|Lebanon and Iran pitch tents in Cannes
|Cinema Foundation hopes to build a sustainable Lebanese film industry
On a balmy evening, against a background of lapping waves and lingering sun, the Fondation Cinema Liban (FCL) officially opened its film tent in Cannes this week.
It marks the first time an Arab country has had a presence at the film festival's international pavilion.
Announcing the FCL's plans to promote and engage in building a sustainable film industry in Lebanon, vice president Gabriel Chamoun told The Daily Star, "For a long time Lebanon had a somewhat negative reputation. Now there's nothing to be scared about."
Cinema attendance in the Middle East has mushroomed. Territories such as the U.A.E, Qatar, Kuwait and Bahrain saw regional admissions reach 12 million last year. It's an audience Chamoun is keen to tap.
"Lebanon is already a regional production center," Chamoun commented from Cannes' Plage Royal. "By coming to Cannes we're hoping to give the Lebanese film industry international exposure. I'm very optimistic about the future. Lebanon has a lot to offer in terms of filmmakers, technicians, crews and locations."
Chamoun wants to see the development of a sustainable production base in Lebanon. He aims to see six or seven Lebanese films made every year, consolidated by international productions in the country. The Middle East has already become an attractive filming location for Western studios, with Morocco and Tunisia boasting a number of big-budget shoots every year.
"Morocco is definitely a big production center," he said. "I'm confident we can offer an alternative without being a competitor. Also we're looking to attract productions away from East European locations such as Romania, Czech Republic and Hungary."
Lebanon currently faces an uncertain future following the withdrawal of Syrian troops after a nearly thirty-year presence, and crucial elections set for May. Chamoun is aware of the risks that political instability could pose to foreign investors.
"Stability is important. It's the one thing that the foundation can do nothing about," he joked. "If we keep waiting for things to become 100 percent stable, then we could be waiting a long time. Which country in the world is 100 percent stable anyway? Just last night there was a bomb in Corsica, which is in French territory, yet here we are only a few miles away in Cannes and everything is going on as usual. We can't let these things affect us."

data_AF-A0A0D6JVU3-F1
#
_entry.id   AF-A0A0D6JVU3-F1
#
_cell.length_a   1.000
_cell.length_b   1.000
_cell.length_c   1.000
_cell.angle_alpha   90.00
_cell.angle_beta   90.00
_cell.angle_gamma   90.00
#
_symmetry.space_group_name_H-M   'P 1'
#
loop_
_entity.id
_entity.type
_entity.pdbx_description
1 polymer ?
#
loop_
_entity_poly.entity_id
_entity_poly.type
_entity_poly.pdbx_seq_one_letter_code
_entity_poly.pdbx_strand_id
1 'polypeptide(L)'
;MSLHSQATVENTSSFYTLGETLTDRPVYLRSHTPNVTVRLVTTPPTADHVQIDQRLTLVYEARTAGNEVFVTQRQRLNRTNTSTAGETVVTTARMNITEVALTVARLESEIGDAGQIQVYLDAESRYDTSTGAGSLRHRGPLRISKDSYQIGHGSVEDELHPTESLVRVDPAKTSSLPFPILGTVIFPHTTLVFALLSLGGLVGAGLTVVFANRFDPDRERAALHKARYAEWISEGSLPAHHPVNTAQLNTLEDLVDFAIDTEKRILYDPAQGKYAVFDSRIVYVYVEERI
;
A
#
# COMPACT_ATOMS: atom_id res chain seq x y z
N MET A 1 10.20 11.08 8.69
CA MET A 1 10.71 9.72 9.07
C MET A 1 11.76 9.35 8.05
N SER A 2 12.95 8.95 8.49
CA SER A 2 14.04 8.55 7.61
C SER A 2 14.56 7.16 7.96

Iran also has its own tent at Cannes for the first time. Iranian cinema, of course, is a giant on the world stage. In the last 27 years there have been 12,000 presentations of Iranian films at film festivals across the world. The country produces more than 80 films a year and since 1979 has seen its filmmakers pick up 1,000 awards at international festivals, making it the most lauded cinema in the world.
Iran's "arrival" at Cannes was noteworthy given the current international political pressure on the country. Mohammad Atebbai, director of international affairs for the Khaneh Cinema Institute believes that cinema, and events like Cannes, are valuable tools for opening dialogue.
"Iran and the U.S. have no political relations yet nearly 30 percent of Iranian film presentations take place in the U.S.," he said. "Despite there being no official diplomatic relations, through cinema Americans are in touch with Iranian people and Iranian culture. The Iranian culture minister recently commented that Iranian cinema is the most important ambassador of Iranian culture and art throughout the world. Cinema is at the forefront of all these relations."
The Daily Star